Songs That Tug At Your Emotions – Song #2

Thank you very much for the enthusiastic response to the new series. Here is how it started:

I have been giving you Raaga Based Songs of the Day (eg, Raaga Based Song Of The Day #80) for the last nearly three months now. Many of you, who know your music well, have many a times pointed out that a particular song, though ostensibly close to one raaga has traces of other raagas or has deviated substantially from the chosen raaga. I have readily admitted that, pointing out that it is not the job of the film songs composers to stick to the purity of any raaga. Their job is to produce tunes that would be popular and would tug at the emotions of the listeners.

With that in mind, I started a new series yesterday to give you songs that tug at your emotions even when they are not based on any raagas.

These are the songs that stay in the creases of your mind long after you last heard them, somewhat like the strains of the song of The Solitary Reaper by William Wordsworth.

I also feel that these are the songs that make you wonder whether the lyrics influenced you more or the composition or is it the composition that made you look at the beauty of the lyrics?

The first of these was put together by lyricist Shailendra and composer Salil Chowdhury and singer Talat Mahmood for the 1957 Dulal Guha movie Ek Gaon Ki Kahani starring Talat Mahmood, Mala Sinha and Abhi Bhattacharya: Raat ne kyaa kyaa khwaab dikhaaye (Songs That Tug At Your Emotions – Song #1).

Today’s song is another special one.

It is from the 1961 Bimal Roy production Kabuliwala that was directed by Hemen Gupta who was private secretary to Netaji Subhas Chandra Bose. The movie was based on a story by Nobel Laureate Rabindranath Tagore and starred Balraj Sahni as an Afghan, Abdur Rahamat Khan, who travels to Calcutta from his village near Kabul (that’s why the title) so as to earn more and give better life to his  family, particularly his little daughter played by Baby Farida. Whilst in Calcutta as a dry-fruit seller, he develops affection for a small girl Mini, played by Sonu, the daughter of Rama (Usha Kiran) and her husband (Sajjan). He sees in Mini his own daughter in his Afghan village.

This song, penned by Prem Dhawan, composed by Salil Chowdhury, and sung by Manna Dey is a poignant one when Balraj Sahni and other Afghans miss their country and their loved ones that they left behind whilst seeking greener pastures in India. The strains of the song stay with you long after it is over. Many of us actually sing the song as a devotion to our own country, which is but natural.

Bimal Roy’s Yahudi, for example, was about the persecution of Jews during the Roman Empire

The song also fills you with silent pride about the kind of movies that we made in just independent India. We made movies, for example, on the plight of Jews, on Iraqis (particularly Baghdad), and on themes driven by Egypt, China, Burma and Japan.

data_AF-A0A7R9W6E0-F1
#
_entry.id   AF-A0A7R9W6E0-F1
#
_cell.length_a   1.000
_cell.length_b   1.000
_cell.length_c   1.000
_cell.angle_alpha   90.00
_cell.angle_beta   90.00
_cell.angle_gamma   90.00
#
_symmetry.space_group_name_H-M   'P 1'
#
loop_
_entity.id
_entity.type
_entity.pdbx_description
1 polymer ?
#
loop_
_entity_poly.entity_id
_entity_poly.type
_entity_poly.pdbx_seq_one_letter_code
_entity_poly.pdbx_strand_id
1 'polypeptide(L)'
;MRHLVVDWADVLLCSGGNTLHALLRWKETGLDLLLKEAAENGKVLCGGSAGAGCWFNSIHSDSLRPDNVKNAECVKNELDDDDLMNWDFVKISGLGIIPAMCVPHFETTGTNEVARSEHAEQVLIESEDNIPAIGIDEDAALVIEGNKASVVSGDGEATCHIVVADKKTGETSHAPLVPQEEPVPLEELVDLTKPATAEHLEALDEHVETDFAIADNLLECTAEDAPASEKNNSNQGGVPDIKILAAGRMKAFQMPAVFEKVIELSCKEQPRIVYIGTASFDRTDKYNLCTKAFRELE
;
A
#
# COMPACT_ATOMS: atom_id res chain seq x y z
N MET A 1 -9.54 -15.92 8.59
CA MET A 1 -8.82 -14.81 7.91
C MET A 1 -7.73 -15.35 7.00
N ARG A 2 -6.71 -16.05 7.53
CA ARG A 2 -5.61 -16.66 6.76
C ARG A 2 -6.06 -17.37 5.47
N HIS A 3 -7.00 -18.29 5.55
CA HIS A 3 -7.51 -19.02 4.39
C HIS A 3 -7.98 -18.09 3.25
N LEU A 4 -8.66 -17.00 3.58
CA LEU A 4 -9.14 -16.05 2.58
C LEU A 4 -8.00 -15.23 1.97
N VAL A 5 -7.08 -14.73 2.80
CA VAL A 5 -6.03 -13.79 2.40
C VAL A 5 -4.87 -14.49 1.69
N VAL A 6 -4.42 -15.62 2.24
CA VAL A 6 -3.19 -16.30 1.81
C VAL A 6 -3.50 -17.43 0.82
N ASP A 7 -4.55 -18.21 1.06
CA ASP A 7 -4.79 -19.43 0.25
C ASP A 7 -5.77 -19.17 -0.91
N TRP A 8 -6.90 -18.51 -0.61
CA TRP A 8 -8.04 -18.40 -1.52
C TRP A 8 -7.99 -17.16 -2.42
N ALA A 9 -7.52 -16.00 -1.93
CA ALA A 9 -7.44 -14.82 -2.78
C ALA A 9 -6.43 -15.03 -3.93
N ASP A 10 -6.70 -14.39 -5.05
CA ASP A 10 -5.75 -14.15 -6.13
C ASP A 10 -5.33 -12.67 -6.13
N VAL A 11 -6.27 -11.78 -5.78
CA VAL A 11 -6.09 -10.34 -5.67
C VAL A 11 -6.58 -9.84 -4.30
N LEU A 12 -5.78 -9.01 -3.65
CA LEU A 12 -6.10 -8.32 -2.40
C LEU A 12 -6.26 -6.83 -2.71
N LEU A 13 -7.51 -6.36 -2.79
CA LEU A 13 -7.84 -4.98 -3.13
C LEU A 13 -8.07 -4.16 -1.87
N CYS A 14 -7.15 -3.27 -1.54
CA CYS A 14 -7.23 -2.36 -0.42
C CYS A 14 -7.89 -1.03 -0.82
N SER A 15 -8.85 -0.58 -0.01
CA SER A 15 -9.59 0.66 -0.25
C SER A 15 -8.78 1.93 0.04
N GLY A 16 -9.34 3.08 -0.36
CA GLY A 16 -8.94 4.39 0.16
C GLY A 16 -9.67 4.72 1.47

Many a times, our music directors assimilated notes from these foreign locales. For example, the song that I have selected for you is based on a folk-tune of Afghanistan.

We were the best in portraying themes of humanism, international cross cultures and search for mutated identities of people affected by large-scale migration.

(Pic courtesy: Wikipedia)

Just to drive home that point, let me add that Rabindranath Tagore’s story Kabuliwala was translated into English by an Irish woman Margaret Elizabeth Noble, who was so influenced by Swami Vivekananda‘s ideal of humanism and service to mankind, that she became a lifelong disciple of the Swami and was given the name Sister Nivedita (dedicated to God) by Swami Vivekananda, in Calcutta, much before Mother Theresa embarked on her Service of God theme.

I am in love with this song and I assume it fills you too with emotions that are bound to be there when one has travelled far from one’s country of birth. So powerful is this theme that many decades later when Pankaj Udhas came up with his Chidhi aayi hai, it evoked equally strong emotions.

Please enjoy: Aye mere pyaare watan, aye mere bichhade chaman, tujh pe dil qurbaan…

ऐ मेरे प्यारे वतन, ऐ मेरे बिछड़े चमन
तुझ पे दिल क़ुरबान
तू ही मेरी आरज़ू, तू ही मेरी आबरू
तू ही मेरी जान

(तेरे दामन से जो आए उन हवाओं को सलाम
चूम लूँ मैं उस ज़ुबाँ को जिसपे आए तेरा नाम ) – २
सबसे प्यारी सुबह तेरी
सबसे रंगीं तेरी शाम
तुझ पे दिल क़ुरबान …

(माँ का दिल बनके कभी सीने से लग जाता है तू
और कभी नन्हीं सी बेटी बन के याद आता है तू ) – २
जितना याद आता है मुझको
उतना तड़पाता है तू
तुझ पे दिल क़ुरबान …

(छोड़ कर तेरी ज़मीं को दूर आ पहुंचे हैं हम
फिर भी है ये ही तमन्ना तेरे ज़र्रों की क़सम ) – २
हम जहाँ पैदा हुए
उस जगह पे ही निकले दम
तुझ पे दिल क़ुरबान …

When I was young, I hadn’t seen the movie. All throughout my life I was in love with this song, so  much so that I didn’t want to see the movie lest it should wreck the atmosphere that I had personally built around the song. Finally, in Dec 2016, I picked up courage to see the movie. And, I was able to see what a beautiful movie Hemen had put together. They built up to the song very well and I thoroughly enjoyed it in the movie too.

I hope you enjoyed it too.

Please await tomorrow’s song.

© 2017, Sunbyanyname. All rights reserved.

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